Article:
Can our brains handle the focus required of marriage?

By David Dawson Jr., Guest Columnist

The vocation of marriage promises great things: unity, companionship, adventure, beauty, deep intimacy, joy, gratitude. But, are our brains prepared to handle it these days?

It’s a relatively new development to watch sports and be made to feel like we are on the field with the players, as if we are actually in the game. We also now have constant access to more intensity and drama than we could ever consume in a lifetime through apps like Netflix.

These dynamics have a more powerful effect on our brains than we tend to be aware. We are naturally wired with desires for things such as adventure, beauty and progress, but these desires are very quickly trained to find their fulfillment in the types of intense experiences available to us now, all day, every day, via electronic screens.

One of our most foundational desires is for intimacy and unity, which obviously makes us very susceptible to losing ourselves in social media where we find an endless stream of what’s going on in the lives of thousands of people we care about. And, thousands of people can read and respond to the inner workings of our minds and hearts.

This makes it very difficult for our brains to focus on just one person, even if they’re standing in front of us. That person is probably demanding more of us than we want to give right now, anyway, and they probably aren’t giving us the affirmation we feel like we need, either.

It only takes a quick assessment of a couple of things to see how much our brains have been affected by these dynamics. First, what tends to be the content of most of my conversations in a typical day? What about at the dinner table or at family gatherings? If I’m honest with myself, this will give me a sense for how I understand the “meat” of my life, what I feel like is really “happening” for me.

A ‘screen’ can divide us
How much of my life is actually “lived” in a world that really has nothing to do with me but is produced for me on a screen? How much of the content of my thought revolves around people I have never met (like athletes or politicians) or who don’t actually exist (like characters in a TV series)?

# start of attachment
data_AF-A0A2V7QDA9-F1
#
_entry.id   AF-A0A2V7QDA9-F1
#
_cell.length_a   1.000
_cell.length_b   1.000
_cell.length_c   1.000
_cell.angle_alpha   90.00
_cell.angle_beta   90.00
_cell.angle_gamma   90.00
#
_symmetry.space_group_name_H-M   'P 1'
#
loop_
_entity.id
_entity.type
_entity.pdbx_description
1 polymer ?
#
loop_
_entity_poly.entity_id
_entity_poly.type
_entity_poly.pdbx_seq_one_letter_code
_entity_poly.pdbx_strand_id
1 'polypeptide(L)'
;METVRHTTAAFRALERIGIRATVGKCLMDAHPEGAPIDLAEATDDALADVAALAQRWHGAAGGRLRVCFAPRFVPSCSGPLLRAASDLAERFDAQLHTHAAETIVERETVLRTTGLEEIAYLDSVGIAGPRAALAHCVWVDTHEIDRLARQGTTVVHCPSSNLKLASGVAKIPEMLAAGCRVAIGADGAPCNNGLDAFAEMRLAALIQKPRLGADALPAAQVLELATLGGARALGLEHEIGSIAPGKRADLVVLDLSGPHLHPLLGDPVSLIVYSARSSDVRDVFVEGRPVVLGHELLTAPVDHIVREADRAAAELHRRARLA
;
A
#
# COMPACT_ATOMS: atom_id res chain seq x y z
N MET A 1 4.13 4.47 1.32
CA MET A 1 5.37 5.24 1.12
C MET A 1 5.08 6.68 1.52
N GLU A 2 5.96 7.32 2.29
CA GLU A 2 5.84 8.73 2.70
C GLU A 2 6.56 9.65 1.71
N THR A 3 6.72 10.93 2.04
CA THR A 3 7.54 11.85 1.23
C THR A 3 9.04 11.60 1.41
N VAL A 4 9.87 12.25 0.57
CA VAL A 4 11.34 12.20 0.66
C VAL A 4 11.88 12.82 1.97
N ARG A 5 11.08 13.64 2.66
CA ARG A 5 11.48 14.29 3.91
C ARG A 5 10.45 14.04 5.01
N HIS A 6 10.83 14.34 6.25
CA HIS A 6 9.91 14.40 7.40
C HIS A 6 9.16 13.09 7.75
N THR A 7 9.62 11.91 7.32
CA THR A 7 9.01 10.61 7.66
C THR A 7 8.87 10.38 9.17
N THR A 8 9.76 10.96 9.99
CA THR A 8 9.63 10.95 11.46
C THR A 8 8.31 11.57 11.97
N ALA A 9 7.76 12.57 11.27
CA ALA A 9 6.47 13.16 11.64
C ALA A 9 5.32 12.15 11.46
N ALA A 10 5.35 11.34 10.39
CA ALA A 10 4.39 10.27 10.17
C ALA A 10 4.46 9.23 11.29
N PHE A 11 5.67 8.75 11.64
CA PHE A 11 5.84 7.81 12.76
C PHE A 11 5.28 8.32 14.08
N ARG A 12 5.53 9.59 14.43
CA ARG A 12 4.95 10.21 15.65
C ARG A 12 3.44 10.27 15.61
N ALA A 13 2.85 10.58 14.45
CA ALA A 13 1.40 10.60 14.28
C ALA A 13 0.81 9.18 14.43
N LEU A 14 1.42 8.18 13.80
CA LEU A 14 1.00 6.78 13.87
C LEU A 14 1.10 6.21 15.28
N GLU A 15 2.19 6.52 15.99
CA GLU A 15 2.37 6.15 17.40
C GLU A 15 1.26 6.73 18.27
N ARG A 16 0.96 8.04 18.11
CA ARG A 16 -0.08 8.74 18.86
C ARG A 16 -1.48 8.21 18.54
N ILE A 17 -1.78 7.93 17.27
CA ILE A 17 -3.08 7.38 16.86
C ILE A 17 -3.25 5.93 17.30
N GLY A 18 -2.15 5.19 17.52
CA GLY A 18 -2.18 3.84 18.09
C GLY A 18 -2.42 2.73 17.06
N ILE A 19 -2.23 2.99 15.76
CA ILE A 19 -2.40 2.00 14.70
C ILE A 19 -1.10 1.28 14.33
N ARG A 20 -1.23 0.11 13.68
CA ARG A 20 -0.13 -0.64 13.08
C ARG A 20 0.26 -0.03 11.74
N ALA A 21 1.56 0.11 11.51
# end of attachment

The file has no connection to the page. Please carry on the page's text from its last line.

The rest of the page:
Second, how do I feel when I’m just sitting with my spouse or my kids? Am I restless, stressed, unfulfilled? Usually, we don’t realize that our brains are actually dying to get back to what they’ve been trained to believe is “really important.” We usually blame that stress on just being super busy or on things not being the way they should be somehow or (most of all) on just being “so tired.”

But, maybe we feel this way because our to-do list keeps getting repopulated by the notifications on our phones. Or, maybe we’ve learned to define rest as losing ourselves in someone else’s story in a way that demands nothing from me.

How can I expect to delight in the unique beauty of my spouse when I’m aware that I can be endlessly captivated by what I find on the phone in my back pocket? How can I expect to take necessary risks when I can be made to feel like a football star, a super soldier or a brilliant politician without having to get up from the couch? How can I not feel too busy for the people in my house when thousands of people are ready to affirm my every thought online?

Our brains will require some serious TLC if we want to get them back to functioning the way they should. Research is beginning to show that it takes about a month of backing way off on screen usage to provide the brain with the sort of reset needed for us to begin to see what we’ve been missing. After this, it may take a little longer to grow in the patience, wonder and gratitude necessary to enjoy the great things that marriage promises, but it is definitely worth the effort.

David Dawson Jr. is director of the Office of Marriage and Family Life of the Archdiocese of New Orleans. He can be reached at

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